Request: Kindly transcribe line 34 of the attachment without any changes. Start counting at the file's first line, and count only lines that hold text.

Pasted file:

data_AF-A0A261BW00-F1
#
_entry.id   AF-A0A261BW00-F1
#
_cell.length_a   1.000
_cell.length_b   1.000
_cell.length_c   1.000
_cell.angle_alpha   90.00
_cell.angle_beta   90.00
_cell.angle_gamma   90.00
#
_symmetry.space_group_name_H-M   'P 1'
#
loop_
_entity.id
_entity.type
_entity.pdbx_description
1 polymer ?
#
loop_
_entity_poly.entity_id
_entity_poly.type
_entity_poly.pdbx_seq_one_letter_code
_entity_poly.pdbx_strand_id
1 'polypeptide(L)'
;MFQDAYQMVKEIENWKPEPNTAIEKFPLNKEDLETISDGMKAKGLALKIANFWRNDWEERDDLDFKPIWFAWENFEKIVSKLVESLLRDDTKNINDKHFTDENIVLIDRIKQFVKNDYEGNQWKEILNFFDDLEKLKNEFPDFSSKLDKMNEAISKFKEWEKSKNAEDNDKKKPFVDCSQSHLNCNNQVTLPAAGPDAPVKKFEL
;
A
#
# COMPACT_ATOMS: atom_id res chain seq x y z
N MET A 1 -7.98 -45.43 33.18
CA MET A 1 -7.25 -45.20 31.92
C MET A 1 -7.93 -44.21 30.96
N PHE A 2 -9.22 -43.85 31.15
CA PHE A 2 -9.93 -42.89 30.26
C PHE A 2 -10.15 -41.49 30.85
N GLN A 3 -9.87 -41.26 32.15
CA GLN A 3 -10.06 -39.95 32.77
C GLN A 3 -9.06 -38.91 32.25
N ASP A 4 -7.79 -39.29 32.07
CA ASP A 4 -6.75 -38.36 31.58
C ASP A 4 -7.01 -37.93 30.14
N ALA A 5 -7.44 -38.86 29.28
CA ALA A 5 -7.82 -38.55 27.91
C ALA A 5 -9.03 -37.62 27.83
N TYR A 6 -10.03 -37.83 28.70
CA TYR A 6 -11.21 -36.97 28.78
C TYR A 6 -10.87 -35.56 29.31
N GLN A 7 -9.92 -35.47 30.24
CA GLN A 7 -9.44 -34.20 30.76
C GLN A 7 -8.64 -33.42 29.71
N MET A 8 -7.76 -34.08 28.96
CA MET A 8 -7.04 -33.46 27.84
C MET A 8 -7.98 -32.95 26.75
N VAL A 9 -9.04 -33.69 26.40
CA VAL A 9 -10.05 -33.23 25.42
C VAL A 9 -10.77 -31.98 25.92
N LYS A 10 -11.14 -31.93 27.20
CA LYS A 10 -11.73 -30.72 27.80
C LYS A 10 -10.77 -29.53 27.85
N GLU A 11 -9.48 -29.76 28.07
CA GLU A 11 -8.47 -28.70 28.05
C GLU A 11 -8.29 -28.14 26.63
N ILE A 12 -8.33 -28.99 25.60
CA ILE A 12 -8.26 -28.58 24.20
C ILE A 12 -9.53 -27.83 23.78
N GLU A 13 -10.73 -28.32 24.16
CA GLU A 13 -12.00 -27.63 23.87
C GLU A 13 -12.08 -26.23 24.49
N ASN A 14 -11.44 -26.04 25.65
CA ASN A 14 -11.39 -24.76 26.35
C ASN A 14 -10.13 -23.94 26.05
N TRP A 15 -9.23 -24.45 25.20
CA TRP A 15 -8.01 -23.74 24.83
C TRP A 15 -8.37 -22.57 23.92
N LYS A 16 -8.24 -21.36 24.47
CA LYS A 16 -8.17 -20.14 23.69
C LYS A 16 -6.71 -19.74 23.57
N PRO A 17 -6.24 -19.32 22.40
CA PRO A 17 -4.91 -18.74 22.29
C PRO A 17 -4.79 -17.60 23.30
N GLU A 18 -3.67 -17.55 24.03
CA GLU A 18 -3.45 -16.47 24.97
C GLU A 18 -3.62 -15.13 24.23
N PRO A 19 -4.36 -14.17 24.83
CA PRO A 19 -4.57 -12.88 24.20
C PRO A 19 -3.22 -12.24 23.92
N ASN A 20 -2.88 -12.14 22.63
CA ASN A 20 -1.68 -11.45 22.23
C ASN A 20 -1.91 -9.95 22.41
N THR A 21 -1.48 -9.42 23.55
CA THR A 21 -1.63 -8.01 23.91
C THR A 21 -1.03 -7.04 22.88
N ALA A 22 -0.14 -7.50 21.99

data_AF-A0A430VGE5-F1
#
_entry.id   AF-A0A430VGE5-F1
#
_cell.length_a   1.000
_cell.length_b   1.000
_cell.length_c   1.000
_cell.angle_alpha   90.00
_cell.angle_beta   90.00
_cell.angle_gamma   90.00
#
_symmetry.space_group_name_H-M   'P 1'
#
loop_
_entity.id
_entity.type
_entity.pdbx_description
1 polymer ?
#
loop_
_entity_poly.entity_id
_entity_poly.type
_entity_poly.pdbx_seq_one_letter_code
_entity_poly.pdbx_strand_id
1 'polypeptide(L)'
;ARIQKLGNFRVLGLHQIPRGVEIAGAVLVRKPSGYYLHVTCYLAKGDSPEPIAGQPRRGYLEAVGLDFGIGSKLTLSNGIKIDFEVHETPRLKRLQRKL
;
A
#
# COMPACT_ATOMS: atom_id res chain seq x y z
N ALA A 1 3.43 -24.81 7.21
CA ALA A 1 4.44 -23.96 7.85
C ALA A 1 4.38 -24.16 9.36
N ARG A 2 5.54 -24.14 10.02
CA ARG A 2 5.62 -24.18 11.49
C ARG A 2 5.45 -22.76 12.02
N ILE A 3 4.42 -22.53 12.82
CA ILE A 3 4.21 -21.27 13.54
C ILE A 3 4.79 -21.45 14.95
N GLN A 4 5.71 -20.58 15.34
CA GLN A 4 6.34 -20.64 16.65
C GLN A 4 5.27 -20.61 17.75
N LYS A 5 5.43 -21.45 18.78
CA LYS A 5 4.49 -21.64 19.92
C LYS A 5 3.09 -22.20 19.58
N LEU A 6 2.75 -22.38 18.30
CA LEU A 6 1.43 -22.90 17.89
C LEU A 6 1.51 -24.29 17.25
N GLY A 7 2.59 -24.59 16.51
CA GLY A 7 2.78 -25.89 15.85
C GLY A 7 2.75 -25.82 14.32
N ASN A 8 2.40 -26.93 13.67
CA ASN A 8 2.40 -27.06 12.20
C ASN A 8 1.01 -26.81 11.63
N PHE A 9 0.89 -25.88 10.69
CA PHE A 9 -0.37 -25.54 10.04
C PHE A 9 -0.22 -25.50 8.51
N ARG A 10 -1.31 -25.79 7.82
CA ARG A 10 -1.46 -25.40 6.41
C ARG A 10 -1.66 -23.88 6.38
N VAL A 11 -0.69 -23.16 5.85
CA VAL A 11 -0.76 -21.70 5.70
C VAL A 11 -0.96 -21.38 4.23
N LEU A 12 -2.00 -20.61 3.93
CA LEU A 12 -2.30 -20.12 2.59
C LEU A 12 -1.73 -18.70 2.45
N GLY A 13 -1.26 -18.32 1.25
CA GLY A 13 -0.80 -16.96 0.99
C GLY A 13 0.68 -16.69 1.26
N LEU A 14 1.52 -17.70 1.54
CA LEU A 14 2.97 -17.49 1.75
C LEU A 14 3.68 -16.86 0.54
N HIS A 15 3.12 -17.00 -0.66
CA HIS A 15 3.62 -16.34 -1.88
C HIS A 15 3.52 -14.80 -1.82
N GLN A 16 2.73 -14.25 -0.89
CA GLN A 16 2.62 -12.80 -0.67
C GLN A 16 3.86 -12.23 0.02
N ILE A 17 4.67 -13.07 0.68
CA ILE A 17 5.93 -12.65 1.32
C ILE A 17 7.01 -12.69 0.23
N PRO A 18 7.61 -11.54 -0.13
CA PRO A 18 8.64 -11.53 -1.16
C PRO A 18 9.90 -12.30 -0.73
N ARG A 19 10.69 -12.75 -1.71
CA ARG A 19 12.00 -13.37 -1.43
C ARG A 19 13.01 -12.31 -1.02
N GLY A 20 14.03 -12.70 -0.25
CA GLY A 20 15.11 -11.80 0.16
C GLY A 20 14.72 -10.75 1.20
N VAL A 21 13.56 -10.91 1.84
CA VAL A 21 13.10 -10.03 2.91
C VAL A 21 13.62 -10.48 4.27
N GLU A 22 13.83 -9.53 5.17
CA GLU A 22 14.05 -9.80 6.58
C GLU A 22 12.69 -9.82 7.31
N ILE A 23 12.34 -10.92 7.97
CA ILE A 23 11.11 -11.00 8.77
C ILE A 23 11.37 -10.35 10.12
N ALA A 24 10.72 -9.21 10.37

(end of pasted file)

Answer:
N PHE A 2 -9.22 -43.85 31.15